Tapeworms


tapeworm

Tapeworm Egg

Equine tapeworms (cestodes) require an intermediate host to mature.  Tapeworm eggs are ingested by the “orabatid” mite that lives on the blades of grass in pastures.  Horses ingest the mites (and the tapeworm eggs inside the mites) while they graze.  Inside the horse, the tapeworm eggs mature into adult tapeworms that attach to the intestinal lining.

Packets of eggs break off from the tapeworm and are passed out in the horse’s faeces, where they are ingested by pasture mites and the cycle starts again.  Unfortunately, because of the sporadic way in which tapeworms release their eggs, the routine faecal test is not a reliable means of determining whether a horse is infected.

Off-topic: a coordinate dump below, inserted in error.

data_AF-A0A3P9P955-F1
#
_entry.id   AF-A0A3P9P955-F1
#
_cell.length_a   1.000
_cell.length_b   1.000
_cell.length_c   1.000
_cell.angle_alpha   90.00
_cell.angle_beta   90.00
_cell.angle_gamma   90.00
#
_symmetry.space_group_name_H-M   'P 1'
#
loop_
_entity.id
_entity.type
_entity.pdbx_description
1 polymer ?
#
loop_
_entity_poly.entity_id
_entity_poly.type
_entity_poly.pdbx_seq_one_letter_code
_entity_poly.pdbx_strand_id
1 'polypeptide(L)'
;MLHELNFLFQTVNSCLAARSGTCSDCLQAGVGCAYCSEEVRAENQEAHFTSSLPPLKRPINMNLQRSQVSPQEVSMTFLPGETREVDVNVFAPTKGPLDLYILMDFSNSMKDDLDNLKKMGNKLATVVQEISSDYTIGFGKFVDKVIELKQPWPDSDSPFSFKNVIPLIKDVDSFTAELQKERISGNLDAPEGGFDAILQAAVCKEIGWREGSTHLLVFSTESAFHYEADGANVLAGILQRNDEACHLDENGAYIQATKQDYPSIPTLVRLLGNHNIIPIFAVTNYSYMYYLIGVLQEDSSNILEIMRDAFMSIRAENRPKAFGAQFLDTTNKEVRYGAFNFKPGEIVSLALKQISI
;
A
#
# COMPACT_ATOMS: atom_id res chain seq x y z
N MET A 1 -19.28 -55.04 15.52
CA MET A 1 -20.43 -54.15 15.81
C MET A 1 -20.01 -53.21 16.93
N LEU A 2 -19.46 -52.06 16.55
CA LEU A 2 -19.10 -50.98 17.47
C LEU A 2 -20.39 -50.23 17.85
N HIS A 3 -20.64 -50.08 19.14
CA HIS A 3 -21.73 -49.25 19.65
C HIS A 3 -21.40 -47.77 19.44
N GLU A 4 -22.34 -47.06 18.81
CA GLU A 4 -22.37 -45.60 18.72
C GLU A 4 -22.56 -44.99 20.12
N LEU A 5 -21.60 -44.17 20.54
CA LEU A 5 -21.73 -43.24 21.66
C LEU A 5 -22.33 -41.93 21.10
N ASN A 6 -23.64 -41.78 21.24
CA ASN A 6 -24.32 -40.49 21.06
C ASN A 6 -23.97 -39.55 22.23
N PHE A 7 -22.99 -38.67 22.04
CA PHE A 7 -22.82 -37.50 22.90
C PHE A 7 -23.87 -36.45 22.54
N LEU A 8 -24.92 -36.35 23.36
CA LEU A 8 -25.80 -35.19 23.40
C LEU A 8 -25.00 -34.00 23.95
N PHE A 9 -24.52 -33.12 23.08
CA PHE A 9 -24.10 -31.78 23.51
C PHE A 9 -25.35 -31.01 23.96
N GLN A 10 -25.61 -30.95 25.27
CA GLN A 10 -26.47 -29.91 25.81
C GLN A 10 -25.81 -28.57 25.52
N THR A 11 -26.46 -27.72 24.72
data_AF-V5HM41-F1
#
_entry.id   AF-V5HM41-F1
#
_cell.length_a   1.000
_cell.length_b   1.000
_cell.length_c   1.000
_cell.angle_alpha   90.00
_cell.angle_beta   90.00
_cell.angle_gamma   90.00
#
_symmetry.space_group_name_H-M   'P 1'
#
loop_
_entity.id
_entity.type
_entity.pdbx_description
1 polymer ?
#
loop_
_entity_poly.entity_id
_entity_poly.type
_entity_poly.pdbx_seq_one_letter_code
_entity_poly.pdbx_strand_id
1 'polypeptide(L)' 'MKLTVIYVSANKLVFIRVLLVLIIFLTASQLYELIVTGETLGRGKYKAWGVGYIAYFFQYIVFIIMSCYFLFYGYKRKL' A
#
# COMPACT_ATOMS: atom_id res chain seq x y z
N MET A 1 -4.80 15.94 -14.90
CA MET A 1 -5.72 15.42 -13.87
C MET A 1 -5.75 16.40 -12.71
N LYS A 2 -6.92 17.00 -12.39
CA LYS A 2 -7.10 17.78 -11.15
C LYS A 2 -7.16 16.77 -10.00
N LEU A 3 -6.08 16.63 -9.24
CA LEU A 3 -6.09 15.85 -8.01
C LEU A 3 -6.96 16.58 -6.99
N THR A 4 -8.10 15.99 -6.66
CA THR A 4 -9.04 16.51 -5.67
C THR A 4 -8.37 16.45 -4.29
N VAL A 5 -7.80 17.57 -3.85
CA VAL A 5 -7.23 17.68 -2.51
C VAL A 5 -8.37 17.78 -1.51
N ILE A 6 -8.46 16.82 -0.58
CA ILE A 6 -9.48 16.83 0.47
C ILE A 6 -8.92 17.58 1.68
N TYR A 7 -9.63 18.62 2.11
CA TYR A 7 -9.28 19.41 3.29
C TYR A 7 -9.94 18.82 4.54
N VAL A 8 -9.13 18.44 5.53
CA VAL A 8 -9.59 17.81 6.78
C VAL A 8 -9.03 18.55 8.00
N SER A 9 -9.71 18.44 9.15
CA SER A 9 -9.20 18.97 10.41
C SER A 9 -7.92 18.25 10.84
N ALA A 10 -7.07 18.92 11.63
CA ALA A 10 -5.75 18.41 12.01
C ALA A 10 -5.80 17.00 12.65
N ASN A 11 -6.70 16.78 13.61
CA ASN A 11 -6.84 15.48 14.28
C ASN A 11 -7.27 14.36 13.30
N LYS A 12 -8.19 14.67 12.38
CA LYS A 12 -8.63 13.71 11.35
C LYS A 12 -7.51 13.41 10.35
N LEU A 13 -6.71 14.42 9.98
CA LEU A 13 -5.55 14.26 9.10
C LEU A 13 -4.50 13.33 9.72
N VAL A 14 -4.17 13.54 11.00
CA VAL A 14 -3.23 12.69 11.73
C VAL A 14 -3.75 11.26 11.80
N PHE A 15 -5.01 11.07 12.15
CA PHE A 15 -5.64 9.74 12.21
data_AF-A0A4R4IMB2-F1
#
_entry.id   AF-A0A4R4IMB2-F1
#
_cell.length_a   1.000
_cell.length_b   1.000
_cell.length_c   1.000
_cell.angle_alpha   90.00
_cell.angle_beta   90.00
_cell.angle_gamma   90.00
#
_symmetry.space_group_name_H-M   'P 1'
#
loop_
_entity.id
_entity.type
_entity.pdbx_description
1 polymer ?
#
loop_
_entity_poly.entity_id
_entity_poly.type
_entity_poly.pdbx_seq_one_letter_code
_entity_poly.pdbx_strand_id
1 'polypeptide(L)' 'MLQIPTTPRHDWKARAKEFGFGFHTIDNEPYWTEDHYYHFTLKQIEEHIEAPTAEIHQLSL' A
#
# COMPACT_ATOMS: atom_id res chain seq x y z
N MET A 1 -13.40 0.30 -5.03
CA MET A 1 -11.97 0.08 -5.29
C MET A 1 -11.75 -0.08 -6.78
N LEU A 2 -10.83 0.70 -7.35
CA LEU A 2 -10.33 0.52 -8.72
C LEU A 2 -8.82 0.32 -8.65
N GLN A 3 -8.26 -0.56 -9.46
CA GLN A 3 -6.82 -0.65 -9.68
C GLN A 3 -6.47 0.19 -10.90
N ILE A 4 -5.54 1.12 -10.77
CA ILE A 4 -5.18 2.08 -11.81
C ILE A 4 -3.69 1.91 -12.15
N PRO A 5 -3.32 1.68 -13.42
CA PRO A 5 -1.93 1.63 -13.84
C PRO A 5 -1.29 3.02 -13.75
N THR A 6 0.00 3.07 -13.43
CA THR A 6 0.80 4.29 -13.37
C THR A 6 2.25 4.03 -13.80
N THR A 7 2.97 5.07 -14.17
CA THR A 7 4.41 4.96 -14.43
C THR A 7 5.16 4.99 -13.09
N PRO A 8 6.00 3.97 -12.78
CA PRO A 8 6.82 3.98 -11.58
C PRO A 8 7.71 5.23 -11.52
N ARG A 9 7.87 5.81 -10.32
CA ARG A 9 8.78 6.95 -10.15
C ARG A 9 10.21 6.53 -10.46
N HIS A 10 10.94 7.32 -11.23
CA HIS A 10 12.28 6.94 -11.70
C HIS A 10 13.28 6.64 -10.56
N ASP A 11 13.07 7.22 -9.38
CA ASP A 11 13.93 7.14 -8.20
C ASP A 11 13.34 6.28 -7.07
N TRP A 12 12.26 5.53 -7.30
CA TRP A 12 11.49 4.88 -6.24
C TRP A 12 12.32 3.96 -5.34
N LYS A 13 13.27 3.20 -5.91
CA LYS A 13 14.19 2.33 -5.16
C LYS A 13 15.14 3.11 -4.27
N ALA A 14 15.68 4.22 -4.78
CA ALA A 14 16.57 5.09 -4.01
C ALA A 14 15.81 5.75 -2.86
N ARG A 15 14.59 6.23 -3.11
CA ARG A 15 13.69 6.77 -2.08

Tapeworms release little packets of eggs at intermittent times, so there is a only a small chance of finding them in a faecal sample although that is not to say they will not show up in a faecal floatation test from time to time so Tapeworm eggs (with its familiar “D” shape) are occasionally found during the routine faecal exam.

For a more accurate Tapeworm test we recommend the Equisal saliva test available separately.